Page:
A total 18 strains were collected from non-contaminated and contaminated environments, and were purified. All purified strains were characterized for Gram reaction and biochemical analysis. Screening for bioplastic production was done by Sudan black staining. Strains isolated from non-contaminated sites showed no polyhydroxyalkanoate (PHA) production. Biochemical analysis showed that PHA producing strains belong to Pseudomonas, Citrobacter, Enterobacter, Klebsiella, Escherichia and Bacillus genera. PHA extraction was done by sodium hypochlorite digestion method. Strain MS2D showed maximum percentage (65%). Production of PHA was optimized for different temperatures and pH. Selected strains were also tested for exopolysaccharides (EPS) production on EPS detection medium by solvent precipitation method. Four out of nine strains exhibited EPS production ability. EPS production was also optimized for different temperatures and pH.
Here is the paraphrase PHA extraction method...
PHA extraction was done by sodium hypochlorite digestion method after 72 h on PHA detection medium. Cells were collected by centrifugation at 4000 rpm for 15 min. Biomass of 0.2 g was suspended in 5 ml of 0.4% sodium hypochlorite. After 1 h at 37°C, PHA granules were collected by centrifugation. Palette was washed by acetone and water. The palette was dissolved in chloroform, allow-ed to evaporate, and PHA weight was noted (Arnold et al., 1999).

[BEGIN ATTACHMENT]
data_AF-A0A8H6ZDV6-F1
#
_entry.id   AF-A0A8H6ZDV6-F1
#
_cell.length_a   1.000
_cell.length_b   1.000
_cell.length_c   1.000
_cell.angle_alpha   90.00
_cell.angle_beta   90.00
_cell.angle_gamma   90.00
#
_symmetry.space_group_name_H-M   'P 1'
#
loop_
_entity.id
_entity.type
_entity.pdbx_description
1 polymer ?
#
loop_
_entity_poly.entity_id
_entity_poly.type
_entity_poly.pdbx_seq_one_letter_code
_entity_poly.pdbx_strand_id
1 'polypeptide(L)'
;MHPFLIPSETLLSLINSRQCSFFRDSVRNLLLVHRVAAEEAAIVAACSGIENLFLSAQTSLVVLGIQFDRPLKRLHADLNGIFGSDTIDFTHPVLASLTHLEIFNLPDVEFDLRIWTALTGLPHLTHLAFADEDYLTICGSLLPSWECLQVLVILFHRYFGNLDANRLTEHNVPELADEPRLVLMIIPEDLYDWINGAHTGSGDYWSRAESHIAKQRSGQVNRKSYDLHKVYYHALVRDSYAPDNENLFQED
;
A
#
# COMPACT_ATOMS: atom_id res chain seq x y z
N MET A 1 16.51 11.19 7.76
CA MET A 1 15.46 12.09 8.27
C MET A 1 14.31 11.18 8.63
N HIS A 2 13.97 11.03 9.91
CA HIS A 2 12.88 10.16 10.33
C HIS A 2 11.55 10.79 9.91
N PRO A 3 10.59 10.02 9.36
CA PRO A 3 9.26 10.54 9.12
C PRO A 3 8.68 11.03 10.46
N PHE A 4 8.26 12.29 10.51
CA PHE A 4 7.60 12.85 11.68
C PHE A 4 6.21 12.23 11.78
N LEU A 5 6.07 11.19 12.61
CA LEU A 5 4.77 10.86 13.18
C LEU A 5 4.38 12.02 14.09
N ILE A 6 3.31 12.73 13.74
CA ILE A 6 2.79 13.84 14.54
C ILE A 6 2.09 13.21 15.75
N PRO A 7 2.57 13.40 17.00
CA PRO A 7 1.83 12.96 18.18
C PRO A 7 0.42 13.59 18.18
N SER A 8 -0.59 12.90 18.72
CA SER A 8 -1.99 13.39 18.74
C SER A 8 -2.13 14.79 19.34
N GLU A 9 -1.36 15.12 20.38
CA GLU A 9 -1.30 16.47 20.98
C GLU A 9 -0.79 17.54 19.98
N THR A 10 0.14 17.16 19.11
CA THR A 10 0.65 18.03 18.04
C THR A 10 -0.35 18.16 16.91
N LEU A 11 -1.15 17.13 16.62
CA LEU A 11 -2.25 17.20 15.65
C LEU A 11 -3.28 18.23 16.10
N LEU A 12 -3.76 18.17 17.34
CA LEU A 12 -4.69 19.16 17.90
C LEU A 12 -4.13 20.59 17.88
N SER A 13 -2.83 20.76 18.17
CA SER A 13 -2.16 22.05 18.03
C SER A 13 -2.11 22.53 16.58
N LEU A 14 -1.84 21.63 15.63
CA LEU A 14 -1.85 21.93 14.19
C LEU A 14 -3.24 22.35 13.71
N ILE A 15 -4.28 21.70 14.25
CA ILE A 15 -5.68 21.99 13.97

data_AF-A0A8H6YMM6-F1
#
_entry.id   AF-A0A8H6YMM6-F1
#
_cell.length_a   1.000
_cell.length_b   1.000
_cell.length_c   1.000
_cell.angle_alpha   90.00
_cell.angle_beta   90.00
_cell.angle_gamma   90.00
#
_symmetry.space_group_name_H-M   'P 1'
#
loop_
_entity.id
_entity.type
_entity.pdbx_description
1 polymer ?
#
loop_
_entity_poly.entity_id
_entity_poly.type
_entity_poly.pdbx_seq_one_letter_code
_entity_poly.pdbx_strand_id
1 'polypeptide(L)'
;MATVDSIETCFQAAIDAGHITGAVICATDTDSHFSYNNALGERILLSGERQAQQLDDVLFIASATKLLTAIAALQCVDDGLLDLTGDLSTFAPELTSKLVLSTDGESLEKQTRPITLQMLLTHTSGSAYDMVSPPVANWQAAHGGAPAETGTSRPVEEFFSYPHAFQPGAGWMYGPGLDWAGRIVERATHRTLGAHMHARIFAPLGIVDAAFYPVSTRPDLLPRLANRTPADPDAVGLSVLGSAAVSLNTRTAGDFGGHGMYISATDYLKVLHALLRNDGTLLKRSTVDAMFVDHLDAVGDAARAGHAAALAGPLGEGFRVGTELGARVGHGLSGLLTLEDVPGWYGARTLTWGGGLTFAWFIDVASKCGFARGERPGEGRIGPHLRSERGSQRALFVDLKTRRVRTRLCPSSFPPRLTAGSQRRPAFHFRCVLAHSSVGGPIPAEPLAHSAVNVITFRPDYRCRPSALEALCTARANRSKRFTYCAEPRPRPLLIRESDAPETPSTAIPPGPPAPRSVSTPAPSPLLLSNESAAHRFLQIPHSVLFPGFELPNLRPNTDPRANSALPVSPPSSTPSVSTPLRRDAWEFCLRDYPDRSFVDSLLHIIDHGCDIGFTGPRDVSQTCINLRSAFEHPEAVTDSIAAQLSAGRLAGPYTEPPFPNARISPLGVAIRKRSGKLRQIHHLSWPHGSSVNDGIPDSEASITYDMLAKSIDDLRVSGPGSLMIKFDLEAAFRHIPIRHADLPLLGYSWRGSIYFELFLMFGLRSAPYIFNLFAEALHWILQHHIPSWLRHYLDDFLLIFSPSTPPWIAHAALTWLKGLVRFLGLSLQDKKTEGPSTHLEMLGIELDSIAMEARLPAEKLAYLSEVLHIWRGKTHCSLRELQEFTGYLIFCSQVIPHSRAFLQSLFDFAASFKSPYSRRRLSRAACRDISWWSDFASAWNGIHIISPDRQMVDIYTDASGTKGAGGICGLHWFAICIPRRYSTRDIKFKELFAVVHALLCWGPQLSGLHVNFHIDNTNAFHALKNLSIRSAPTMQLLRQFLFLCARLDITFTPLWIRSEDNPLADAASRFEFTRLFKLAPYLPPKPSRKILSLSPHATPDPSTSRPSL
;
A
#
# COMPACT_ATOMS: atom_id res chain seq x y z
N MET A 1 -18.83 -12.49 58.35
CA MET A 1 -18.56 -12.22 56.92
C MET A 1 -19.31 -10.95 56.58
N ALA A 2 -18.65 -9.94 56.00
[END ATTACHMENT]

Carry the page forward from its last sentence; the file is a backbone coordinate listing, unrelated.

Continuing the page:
... and here is the Arnold 1999 reference.
Arnold L, Demain J, Davis E (1999). Polyhydroxyalkanoates. Manual of Microbiology and Biotechnology. Washington, Am Soc. Microbiol. 2:616-627.
Also, if you go to the Google Book Search preview for Chemistry and Technology of Biodegradable Polymers By G. J. L. Griffin
There is a review of PHA isolation at section 4.4 pg 55. The following methods are discussed - solvent extraction (4.4.1), Sodium hypochlorite digestion (4.4.2), and Enzymatic digestion (4.4.3).
And a patent that may be of some interest as well....
A PROCESS FOR THE EXTRACTION OF POLYHYDROXYALKANOATES FROM BACTERIA
LAKSHMAN, Kshama [IN/IN]; Central Food Technological Research Institute, Mysore-570 020, Karnataka (IN).
SHAMALA, Tumkur, Ramachandriah [IN/IN]; Central Food Technological Research Institute, Mysore-570 020, Karnataka (IN).